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Defending Your Wifi Network

In the previous post I talked about setting up a wifi hacking environment. That will be useful even for this phase, defending your own network for the tech savvy users part. This explanation is broken into two steps: for laymen and tech savvy users and for tech savvy users only.

For Laymen and Tech Savvy Users

  • Log into your router admin page (usually routers are on http://192.168.0.1);
  • Make sure your router is using WPA2 instead of WEP, because WEP is extremely vulnerable and even a strong password [1] won't help you;
  • Choose a strong password for your router admin user. The default is admin/admin in the majority of routers, so it's a good idea to change the defaults. Even a malware would try this combination to exploit your router;
  • Choose a strong password for your network;
  • Disable a feature called "WPS" in your router admin. The purpose is to prevent an attack called "Reaver", which is the same name as the tool used to perform this attack, that brute forces all PIN combinations of your wifi setup that ends up leaking the network password. Even if it is a strong password;
  • Monitor, from time to time, which devices are connected to your wifi. Usually there is a page in your router administration web interface that tells the MAC addresses connected to the network;
  • When not using your router, consider turning it off to save electricity and stay safe at the same time.

[1] strong password is an uncommon word/phrase that won't be found in any dictionary, is made of a mix of lower case / upper case / numbers and special characters. Yes, that annoying special chars. You may even use the "space" character. It's extremely important to choose a strong password because break WPA2 basically boils down to password brute forcing, and guess what? It's costly and time consuming for attackers. The easier a password is to be found in a wordlist (a file containing many common words, or previous leaked passwords in site breaches), the easier it is cracked. Digits only reduces the number of possible characters in a password, leading to a fast brute force of the entire keyspace, that is, test all digits combinations. It can be done in a few hours. And, unfortunately, as the minimum password length in WPA/WPA2 is 8 chars, it has the same length as a date (mmddaaaa), so people tend to use a date in their passwords, which is not good.

For Tech Savvy Users Only

  • Your router may not enable you to disable WPS, so you can verify if it has another control not commonly mentioned: throttling control. Yes, many routers nowadays detect brute force attempts on WPS PIN and block further attempts for a significant amount of time. Some may still be vulnerable if the attacker change the MAC address for example, or insert some noise into the network, but it's a test that you should do and is worth your time and security. If your router doesn't allow you to disable WPS or whether it hasn't a built in throttle control mechanism, you should change your router. If it's borrowed from the ISP, call them and ask for a new router;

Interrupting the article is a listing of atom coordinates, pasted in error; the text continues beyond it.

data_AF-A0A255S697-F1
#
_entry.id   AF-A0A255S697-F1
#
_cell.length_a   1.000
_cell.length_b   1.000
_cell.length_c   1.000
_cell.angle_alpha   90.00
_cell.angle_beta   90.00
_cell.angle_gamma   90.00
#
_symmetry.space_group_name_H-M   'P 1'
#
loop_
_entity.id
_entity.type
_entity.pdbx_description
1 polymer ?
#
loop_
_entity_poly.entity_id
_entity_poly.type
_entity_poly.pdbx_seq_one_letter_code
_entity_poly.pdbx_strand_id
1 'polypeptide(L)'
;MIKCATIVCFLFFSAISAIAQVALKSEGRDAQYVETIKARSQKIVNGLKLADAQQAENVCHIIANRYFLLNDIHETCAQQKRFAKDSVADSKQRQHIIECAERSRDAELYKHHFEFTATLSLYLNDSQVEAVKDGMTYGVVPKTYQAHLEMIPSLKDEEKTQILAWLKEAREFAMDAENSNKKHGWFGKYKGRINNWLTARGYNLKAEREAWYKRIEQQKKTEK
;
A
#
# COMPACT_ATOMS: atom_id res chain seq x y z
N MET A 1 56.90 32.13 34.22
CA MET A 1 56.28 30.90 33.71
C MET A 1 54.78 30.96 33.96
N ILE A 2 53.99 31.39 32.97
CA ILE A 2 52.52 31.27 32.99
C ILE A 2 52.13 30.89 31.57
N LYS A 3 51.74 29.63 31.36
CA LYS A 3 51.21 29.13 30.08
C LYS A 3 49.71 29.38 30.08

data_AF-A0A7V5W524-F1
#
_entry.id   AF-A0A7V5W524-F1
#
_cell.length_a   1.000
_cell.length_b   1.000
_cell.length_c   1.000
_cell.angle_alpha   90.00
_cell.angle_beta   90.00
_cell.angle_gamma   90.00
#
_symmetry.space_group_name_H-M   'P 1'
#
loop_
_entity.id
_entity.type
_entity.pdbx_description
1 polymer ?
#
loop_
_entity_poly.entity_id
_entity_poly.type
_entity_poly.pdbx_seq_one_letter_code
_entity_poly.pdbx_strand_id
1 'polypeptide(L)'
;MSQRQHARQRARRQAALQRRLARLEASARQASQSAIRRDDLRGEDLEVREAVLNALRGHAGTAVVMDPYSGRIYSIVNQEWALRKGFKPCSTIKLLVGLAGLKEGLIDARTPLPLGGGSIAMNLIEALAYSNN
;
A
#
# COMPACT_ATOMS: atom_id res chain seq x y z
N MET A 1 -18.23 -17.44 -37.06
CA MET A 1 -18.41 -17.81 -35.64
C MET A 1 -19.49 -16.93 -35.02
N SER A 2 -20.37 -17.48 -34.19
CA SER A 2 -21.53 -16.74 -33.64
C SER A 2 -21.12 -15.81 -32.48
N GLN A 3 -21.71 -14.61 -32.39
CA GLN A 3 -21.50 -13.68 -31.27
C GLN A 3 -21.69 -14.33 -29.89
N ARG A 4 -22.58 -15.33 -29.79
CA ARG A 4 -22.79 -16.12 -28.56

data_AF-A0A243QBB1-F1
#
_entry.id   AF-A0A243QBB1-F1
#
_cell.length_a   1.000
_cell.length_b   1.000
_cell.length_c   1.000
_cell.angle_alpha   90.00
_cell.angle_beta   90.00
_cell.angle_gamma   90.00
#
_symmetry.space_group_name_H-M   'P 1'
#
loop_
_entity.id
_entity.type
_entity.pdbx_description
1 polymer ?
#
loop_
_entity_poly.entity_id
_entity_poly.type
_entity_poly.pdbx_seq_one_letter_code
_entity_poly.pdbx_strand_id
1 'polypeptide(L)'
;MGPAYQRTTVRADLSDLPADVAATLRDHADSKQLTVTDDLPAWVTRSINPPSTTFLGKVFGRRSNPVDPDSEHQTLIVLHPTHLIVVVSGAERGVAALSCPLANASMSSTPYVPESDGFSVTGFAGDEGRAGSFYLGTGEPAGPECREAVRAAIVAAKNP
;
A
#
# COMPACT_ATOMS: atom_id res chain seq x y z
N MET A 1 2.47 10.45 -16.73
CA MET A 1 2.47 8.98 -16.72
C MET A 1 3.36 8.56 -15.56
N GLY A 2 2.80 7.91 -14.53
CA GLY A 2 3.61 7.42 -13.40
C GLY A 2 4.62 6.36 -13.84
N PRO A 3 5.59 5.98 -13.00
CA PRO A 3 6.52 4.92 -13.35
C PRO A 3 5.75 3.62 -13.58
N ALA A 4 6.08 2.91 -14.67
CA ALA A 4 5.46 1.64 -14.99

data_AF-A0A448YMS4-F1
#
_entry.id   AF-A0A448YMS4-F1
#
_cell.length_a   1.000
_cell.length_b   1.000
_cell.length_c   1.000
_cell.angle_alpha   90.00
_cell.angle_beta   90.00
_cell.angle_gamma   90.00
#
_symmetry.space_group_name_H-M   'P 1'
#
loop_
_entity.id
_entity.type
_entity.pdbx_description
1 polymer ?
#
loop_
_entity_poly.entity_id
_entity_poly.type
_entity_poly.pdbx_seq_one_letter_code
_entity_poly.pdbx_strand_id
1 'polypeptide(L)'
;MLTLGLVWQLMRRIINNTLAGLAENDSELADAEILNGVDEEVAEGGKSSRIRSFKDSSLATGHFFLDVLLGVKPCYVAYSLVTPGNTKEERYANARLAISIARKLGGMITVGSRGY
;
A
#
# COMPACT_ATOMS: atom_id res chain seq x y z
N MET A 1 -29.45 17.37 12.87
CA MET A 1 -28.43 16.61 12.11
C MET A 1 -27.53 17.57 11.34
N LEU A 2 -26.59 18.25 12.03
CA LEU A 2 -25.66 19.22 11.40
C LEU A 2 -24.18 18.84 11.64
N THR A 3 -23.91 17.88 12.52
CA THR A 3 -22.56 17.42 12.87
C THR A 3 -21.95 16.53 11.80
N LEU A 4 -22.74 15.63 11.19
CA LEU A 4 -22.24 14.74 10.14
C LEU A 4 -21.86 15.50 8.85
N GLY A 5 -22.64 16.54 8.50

• Leveraging what I posted on my previous article, I recommend you to try to hack your own wifi and see if you get success. It's always a good habit to hack yourself first before bad hackers do;
  • In case you want to make things harder, your router probably has a feature to configure a MAC Address whitelist that you can use to whitelist only your devices, so different MAC addresses will be blocked. It's one more step for the attacker to do, clone the MAC address. However it's trivial from an attacker perspective to clone. Also updating the MAC whitelist very often can be very annoying, so I don't really use it, but it's good to know that you have more tools available. To perform the clone, attackers keep listening to the network until they identify the stations connected to the network and capture their MAC address. For that, of course, the attacker must be near and something must be connected to the network. Even if you don't be there, if any device, e.g., a printer, be connected to your Wifi, it's enough for an attacker to collect a MAC address;
  • You can use either aluminum or a special paint to isolate the Wifi signal beyond your house, so attempts to reach your Wifi from outside would be physically denied. This is defense by design. Technically speaking, if no one reaches your network, even if your password be '12345678', there would be no problem. Of course you should not give opportunity for bad things to happen, but that's the best defense;
  • Also check from time to time if your router has a new firmware available that could fix eventually disclosed security bugs.

Bonus

Even if your network is secure, you need to protect yourself from the devices within your network. If there is an infected PC, watch out, it may try to infect the other devices. Here is a real example. So, upgrade your own system from time to time, make sure your firewalls are up and that's all I got for today.

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